Agile dining and individual nutrition: EP delivers the future of foodservice

Bringing together a range of foodservice professionals, EP Magazine hosted its London-based Hospitality Insights Conference with sights set on the future

Future: personalisation
Starting the conference was Professor David Russell FCSI, chairman of The Russell Partnership Collection. Diving straight to the heart of the conference’s theme, Russell confronted the oncoming themes and trends that the foodservice industry should be paying attention.

The future of foodservice, according to Russell, is personalisation. Even the most basic grab-and-go consumer items are now expected to suit individual needs. Russell’s answer to this is psychographics: the study of individual attitudes, interests and feeling, in an attempt to segment the market and thus more effectively engage with the customer.

Throughout the day, other guest speakers echoed Russell’s cry for unique dining experiences. Kate Taylor, nutrition expert and founder of the Food Boss, predicted that, in the next five years, personalised nutrition will be a main focus of the industry. This involves basing one’s diet and mealtimes on their individual productivity, with implications for .

Psychographics and personalisation are to take leading roles in The Russell Partnership’s involvement in the Dubai-based Expo 2020. Working alongside Tricon Foodservice Consultants, The Russell Partnership will use psychographic principles to engineer optimum dining experiences for all visitors.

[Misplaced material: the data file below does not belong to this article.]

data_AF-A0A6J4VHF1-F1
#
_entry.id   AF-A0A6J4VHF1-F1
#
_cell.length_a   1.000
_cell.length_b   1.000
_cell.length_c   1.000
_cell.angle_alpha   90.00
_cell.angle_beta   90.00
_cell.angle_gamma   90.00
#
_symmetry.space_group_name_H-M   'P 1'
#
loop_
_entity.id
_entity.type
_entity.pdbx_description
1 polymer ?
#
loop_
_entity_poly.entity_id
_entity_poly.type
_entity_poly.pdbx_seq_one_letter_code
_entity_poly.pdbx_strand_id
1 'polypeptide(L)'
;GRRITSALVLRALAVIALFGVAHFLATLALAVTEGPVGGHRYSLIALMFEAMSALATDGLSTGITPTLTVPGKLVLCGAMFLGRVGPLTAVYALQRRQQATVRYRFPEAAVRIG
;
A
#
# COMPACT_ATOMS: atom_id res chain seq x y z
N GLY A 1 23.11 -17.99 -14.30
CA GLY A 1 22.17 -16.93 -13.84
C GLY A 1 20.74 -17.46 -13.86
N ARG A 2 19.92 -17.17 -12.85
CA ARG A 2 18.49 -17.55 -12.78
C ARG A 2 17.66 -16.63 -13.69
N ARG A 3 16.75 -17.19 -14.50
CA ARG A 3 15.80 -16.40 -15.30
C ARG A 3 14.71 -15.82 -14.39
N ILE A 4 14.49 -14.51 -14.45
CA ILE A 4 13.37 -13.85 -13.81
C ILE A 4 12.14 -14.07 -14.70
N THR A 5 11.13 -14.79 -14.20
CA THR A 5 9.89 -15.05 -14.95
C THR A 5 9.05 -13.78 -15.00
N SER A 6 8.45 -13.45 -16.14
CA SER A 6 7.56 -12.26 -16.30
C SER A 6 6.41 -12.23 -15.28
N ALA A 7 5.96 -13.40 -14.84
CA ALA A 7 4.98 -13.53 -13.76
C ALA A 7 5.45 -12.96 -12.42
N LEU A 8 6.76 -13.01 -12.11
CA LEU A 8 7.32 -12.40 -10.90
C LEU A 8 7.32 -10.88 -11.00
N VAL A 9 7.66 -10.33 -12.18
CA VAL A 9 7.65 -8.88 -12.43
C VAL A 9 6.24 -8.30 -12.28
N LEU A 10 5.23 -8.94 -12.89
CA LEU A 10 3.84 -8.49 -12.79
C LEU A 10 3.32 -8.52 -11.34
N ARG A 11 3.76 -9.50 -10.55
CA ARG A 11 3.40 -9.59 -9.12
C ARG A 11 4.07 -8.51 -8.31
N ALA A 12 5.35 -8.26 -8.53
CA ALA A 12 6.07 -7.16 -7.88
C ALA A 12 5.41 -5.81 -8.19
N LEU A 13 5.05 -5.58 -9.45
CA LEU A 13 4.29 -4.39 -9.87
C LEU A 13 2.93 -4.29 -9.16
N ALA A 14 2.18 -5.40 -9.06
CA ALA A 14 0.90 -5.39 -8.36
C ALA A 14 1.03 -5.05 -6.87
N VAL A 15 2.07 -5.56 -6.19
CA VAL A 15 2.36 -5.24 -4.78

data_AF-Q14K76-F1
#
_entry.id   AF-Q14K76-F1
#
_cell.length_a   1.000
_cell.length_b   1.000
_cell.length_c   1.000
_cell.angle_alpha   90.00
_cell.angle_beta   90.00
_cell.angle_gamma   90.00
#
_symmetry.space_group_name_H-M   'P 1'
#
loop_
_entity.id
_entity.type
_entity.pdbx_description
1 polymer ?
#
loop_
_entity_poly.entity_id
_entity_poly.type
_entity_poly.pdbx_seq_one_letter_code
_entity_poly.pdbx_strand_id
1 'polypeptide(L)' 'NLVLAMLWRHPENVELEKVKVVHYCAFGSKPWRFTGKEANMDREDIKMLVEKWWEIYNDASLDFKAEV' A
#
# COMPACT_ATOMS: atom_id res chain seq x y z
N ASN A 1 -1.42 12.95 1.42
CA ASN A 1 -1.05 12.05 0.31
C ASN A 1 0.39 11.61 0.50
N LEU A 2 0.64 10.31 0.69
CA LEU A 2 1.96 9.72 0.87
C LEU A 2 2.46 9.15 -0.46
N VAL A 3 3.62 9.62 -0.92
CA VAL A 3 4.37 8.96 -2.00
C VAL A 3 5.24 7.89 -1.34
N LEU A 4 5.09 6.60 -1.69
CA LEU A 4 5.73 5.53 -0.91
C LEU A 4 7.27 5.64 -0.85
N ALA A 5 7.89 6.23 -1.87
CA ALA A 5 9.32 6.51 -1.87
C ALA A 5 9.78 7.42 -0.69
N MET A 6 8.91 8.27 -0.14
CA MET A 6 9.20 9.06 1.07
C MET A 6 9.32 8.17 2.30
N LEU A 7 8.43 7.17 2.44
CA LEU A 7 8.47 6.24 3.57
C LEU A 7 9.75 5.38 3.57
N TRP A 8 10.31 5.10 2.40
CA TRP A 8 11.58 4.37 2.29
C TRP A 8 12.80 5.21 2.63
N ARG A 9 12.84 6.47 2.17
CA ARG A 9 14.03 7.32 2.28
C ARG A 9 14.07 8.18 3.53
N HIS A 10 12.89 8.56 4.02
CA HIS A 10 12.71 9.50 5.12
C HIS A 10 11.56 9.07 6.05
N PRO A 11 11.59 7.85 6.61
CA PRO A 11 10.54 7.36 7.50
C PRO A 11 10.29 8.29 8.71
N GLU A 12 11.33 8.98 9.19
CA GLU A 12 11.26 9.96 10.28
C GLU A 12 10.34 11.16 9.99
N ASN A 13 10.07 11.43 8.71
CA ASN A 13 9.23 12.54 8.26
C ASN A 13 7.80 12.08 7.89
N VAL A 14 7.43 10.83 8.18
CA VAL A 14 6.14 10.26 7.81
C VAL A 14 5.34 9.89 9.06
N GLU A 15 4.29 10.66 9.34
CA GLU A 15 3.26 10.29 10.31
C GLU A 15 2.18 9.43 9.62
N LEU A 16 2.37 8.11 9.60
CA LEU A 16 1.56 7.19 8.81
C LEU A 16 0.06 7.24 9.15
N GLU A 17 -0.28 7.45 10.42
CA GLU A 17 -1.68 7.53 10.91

Future: catering for the workplace
Another topic that received significant attention throughout EP Magazine’s event was the changing role of workplace dining.

As cities become increasingly congested, while worries simultaneously grow about pollution and overcrowding, caterers are having to adapt their methods of delivering good food, at good prices, to businesses.

Mike Coldicott FCSI, managing director of Tricon Foodservice Consultants, gave his perspective on how to tackle the problems caterers face in cities. He acknowledges that, as real estate prices escalate, there is a pressure on foodservice consultants to find solutions to spatial demands.

This leads to the debate over how to utilise space: should one invest in a central kitchen or a production location on city outskirts? Coldicott predicts that the future will involve minimal kitchen space onsite, with strategic off-site distribution plans leading the sector.

Future: communication and collaboration
Many in the auditorium agreed with these positive additions to the future of foodservice. However, the majority also hoped that the future would ideally involve the absence of something that is currently prevalent in the day-to-day dealings of most consultants: the hassle of the procurement process.

When asking the audience, “Who in here loves the procurement process?”, Chris Stern FCSI was met with laughs, but no answer. The managing director of Stern Consultancy believes that several actions need to be taken in regards to procurement for foodservice projects.

These actions include simplification of the process, increased communication and transparency, and for parties to plan and stick to realistic timetables. While believing the procurement process is vital, it is also imperative to have cooperation between procurement personnel and caterers in Stern’s view.

As millennials continue to overturn the industry, and new trends drive out old methods, the foodservice sector is forced to confront an ever-increasing pile of spatial and logistical challenges. EP Magazine successfully confronted these issues at the conference, with a range of expert speakers addressing just what they believe the future of foodservice to be.

More information on EP Magazine:

Emily Lewis

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